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Bored and abandoned: Canadians trapped in Wuhan say lockdown is a balance of tedium and anxiety –



Canadians trapped in Wuhan, China, in the wake of the coronavirus outbreak say they’re safe but feeling abandoned by their consular officials.

Wayne Tremblay is one of 168 Canadians stuck in Wuhan.

He says the streets are quiet, but there are no barricades. Stores are open and nobody is in a panic, but they are anxious, bored and frustrated that American and British governments are working hard to get people out, while Canada is not offering much help.

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There was nothing out of the ordinary when the Nanaimo, B.C., man headed to Wuhan Jan. 19, but that had all changed just two days later.

Cabin fever

By Jan. 21, he said, authorities began requiring masks and were reporting the virus was spreading human to human.

The streets of Wuhan are quiet but not abandoned. (Li Mei)

“It was pretty surprising — historically this has never really been done before,” said the 37-year-old branch manager of an insurance adjuster office on Vancouver Island.

Now Tremblay and his spouse are trapped in Wuhan. He said stores are well-stocked and he’s seen no panic.

“It’s fine other than cabin fever because you are stuck inside a house all day. Every day,” he said.

Tremblay said that he is disappointed with the response he got from Canada’s 24-hour consular line.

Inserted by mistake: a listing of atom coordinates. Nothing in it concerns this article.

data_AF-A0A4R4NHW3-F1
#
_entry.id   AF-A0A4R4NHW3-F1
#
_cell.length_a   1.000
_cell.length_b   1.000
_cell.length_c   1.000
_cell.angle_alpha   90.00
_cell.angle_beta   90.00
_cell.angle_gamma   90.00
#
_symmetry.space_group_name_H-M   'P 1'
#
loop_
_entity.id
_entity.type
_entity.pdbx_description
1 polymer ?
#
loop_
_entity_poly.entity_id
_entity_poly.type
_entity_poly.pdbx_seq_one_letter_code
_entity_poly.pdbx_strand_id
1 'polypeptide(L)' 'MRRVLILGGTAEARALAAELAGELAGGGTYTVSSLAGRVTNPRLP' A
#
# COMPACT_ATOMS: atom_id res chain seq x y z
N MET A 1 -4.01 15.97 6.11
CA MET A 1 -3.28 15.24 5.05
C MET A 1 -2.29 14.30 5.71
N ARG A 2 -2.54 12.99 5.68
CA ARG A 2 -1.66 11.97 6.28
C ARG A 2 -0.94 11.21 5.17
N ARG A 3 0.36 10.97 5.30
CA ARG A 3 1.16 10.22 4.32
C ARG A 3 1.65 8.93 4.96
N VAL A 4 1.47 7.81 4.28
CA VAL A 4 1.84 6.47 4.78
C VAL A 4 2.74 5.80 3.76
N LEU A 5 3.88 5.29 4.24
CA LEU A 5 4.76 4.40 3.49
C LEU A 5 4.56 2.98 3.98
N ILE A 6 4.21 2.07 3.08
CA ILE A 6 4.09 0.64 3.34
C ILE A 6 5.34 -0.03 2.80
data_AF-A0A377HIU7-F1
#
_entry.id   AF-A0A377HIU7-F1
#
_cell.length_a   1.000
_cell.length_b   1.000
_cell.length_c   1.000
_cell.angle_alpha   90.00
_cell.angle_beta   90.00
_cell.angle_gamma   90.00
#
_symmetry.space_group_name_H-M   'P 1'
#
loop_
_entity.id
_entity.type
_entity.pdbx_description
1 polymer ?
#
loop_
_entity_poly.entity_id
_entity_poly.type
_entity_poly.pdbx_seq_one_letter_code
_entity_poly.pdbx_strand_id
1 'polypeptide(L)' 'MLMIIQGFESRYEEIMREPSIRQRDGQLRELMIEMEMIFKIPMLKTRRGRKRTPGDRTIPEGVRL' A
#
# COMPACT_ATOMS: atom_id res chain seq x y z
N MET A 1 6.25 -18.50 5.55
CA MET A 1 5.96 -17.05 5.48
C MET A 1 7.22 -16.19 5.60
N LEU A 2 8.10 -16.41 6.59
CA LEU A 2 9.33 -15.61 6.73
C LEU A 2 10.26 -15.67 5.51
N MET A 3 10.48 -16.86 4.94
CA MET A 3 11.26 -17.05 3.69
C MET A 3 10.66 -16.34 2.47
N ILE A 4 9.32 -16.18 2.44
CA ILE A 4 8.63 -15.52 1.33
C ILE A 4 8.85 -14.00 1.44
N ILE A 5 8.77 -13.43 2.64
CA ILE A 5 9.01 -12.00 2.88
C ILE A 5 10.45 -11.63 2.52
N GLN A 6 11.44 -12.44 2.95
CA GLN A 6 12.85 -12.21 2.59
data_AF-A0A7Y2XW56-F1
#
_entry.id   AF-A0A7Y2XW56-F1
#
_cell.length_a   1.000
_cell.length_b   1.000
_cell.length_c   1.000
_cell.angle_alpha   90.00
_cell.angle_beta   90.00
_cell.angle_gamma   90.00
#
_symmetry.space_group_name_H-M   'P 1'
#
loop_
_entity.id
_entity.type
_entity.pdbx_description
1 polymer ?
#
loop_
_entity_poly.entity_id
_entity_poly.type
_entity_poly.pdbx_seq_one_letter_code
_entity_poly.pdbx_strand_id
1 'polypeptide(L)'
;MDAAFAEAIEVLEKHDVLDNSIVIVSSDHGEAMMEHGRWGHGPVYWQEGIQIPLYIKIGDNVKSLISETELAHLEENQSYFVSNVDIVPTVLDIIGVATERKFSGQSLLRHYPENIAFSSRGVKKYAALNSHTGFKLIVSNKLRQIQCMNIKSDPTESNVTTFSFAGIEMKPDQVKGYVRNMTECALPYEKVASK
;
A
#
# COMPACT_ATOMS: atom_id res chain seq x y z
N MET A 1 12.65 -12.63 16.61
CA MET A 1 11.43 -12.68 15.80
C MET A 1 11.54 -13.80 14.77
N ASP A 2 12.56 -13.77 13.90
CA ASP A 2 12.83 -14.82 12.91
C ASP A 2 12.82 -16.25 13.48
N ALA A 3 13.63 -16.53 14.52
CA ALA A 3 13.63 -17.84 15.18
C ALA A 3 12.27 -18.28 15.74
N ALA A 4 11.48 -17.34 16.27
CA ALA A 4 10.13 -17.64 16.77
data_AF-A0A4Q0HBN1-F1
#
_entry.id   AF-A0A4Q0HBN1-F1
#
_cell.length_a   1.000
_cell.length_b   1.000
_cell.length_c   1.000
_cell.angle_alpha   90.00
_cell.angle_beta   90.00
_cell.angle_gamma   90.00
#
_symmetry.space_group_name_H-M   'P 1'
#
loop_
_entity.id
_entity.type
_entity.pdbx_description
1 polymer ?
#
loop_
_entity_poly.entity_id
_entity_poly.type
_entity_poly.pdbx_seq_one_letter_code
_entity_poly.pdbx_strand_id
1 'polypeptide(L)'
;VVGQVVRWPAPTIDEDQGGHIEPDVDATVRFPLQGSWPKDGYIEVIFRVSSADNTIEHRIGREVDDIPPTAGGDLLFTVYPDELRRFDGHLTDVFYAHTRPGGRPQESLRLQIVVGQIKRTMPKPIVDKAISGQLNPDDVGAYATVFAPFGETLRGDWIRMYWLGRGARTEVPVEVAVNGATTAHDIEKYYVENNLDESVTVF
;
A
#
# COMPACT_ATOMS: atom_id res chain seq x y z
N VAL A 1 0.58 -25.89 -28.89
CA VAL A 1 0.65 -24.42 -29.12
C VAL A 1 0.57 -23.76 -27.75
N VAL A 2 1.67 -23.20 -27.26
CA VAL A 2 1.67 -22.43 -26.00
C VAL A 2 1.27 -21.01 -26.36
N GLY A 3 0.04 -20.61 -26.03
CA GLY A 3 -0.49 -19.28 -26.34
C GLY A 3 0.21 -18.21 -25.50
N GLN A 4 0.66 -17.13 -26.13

Tremblay said Canadian authorities made it clear that they are not trying to get citizens out on planes. He said that made him feel uneasy.

“Abandoned. Pretty bluntly, just abandoned,” said Tremblay.

His flight home Feb. 2 is now cancelled.

“Everyone is under the assumption that if other countries [are helping citizens get home] that Canada would be doing that — but they are not.”

Unverified videos circulating on social media show overcrowded hospitals and food shortages.

“That’s not something we are experiencing,” he said.

In China, he says, his wife and friends share inspiring social media videos showing neighbours sharing wine between buildings using their clothes lines — or singing songs to pass the time.

“Everyone is coping well,” he said.

Stricter than SARS controls

The lockdown is unprecedented —- and much more strict than ever experienced even by people from Wuhan who lived through the SARS outbreak years ago.

“My family survived SARS,” said Mei Jie Han, who moved from Wuhan to Vancouver. He was 15 when SARS hit in 2003.

He remembers hanging out with his friends because schools were shut.

“But it wasn’t like this. You could still travel. It wasn’t scary,” said Han, who is in B.C.

He said his parents, Li Mei and Jian Gang Han, feel trapped in their Wuhan home in the district of Jiang-An.

Li Mei, 57, of Delta, B.C., wears a mask in Wuhan. (Li Mei)

Han’s parents travelled from Delta to Wuhan on Jan. 10. They were expected to return by Feb. 8.

Han’s mother, 57, helps care for his four-year-old daughter, and he had been planning to travel to Florida for business.

Han says his parents are anxious.

“She can’t go out anywhere. She says now I know what it feels like to be a dog. To be locked at home for the whole day,” he said. Han says his parents are struggling to find fresh food — and face masks.

“You either stay home and starve or you risk it and go out to get food,” he said.

When trucks arrive at the stores, he says, people buy items before they are shelved. But he said the biggest issue is boredom — and the lack of direction from Canada.

The instructions are to stay home and stay safe and follow instructions from Chinese officials, he said.

“Physically they are OK. They don’t have any symptoms,” said Han, who is eager to get his family home and some normalcy back.